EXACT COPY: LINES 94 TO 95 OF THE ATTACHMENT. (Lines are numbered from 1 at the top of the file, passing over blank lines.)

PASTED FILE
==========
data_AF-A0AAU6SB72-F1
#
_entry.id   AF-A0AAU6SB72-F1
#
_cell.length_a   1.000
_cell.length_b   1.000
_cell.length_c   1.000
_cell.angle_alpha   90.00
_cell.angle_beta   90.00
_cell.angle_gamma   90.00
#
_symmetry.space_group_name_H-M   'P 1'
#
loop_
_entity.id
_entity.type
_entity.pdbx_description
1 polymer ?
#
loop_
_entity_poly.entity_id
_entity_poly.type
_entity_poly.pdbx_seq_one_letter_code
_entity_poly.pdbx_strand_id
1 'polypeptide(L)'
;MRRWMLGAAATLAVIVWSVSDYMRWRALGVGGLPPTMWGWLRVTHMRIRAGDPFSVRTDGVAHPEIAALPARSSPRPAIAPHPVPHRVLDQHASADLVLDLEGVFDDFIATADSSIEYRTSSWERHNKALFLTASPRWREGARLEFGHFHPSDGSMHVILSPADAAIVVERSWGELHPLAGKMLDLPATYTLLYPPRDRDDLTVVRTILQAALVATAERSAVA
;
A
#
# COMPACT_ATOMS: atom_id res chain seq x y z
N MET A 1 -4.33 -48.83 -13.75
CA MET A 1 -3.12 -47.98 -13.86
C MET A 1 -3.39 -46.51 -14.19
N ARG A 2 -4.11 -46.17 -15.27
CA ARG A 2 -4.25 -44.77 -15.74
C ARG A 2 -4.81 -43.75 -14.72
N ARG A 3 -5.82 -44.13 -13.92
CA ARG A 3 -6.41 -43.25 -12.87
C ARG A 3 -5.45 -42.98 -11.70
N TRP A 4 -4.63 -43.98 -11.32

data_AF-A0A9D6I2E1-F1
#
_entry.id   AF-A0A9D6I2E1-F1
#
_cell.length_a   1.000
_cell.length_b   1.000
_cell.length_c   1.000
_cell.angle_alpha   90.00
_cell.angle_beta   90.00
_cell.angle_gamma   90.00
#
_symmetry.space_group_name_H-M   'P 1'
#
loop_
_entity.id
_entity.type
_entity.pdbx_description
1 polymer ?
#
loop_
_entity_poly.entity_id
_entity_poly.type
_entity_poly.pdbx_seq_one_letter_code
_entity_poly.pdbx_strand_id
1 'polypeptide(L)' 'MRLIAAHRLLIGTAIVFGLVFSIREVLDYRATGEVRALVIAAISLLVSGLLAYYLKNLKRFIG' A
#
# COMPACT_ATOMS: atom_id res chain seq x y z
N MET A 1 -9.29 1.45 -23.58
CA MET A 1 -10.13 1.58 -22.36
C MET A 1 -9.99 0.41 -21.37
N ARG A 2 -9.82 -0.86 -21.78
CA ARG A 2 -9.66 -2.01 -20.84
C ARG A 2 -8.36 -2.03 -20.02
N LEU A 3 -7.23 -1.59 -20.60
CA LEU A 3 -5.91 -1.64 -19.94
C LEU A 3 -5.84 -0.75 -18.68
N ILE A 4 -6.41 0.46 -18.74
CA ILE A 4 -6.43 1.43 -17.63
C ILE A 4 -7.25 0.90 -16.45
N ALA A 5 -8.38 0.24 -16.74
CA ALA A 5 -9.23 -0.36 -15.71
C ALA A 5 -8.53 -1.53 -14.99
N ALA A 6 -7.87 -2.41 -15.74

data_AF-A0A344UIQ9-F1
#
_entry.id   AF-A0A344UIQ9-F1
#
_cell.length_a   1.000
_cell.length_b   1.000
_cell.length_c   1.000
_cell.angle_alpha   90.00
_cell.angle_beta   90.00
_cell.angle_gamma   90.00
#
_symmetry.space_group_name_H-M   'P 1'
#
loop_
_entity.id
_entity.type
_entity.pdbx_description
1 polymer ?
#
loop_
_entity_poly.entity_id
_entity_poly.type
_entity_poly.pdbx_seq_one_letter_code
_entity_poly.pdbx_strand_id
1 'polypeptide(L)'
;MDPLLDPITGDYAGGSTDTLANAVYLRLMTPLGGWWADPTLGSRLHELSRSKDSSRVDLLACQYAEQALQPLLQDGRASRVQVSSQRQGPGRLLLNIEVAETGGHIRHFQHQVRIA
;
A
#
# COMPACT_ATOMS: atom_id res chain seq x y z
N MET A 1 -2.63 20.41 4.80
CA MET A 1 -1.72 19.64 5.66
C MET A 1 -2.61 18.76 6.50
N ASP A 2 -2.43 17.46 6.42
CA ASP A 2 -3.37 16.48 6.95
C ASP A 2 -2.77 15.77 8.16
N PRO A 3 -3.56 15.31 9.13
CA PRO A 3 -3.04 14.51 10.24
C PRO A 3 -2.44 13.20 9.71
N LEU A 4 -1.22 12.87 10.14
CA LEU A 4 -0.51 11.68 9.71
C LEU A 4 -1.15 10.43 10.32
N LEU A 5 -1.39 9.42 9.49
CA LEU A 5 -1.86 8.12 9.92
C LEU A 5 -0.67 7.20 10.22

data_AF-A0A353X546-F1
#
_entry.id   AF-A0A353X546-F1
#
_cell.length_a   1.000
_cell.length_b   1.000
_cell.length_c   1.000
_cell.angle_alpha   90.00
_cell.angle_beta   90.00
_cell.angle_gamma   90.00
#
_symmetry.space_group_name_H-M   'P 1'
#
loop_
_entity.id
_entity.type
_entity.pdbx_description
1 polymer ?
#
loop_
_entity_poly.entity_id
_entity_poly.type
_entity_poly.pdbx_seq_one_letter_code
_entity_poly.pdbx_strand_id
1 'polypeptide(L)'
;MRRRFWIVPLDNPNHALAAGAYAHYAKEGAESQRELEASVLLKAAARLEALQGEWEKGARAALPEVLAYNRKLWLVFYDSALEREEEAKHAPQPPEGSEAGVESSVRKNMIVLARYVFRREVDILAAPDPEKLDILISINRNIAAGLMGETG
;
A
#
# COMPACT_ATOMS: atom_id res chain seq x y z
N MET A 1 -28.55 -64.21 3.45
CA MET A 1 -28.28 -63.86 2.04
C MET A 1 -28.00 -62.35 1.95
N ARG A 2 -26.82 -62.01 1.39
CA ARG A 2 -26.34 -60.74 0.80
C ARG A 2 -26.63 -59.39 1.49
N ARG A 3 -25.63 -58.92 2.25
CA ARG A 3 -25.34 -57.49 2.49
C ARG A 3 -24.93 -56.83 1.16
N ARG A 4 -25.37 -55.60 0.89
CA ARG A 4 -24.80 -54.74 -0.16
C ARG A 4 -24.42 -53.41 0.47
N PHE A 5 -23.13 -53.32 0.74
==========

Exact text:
#
_symmetry.space_group_name_H-M   'P 1'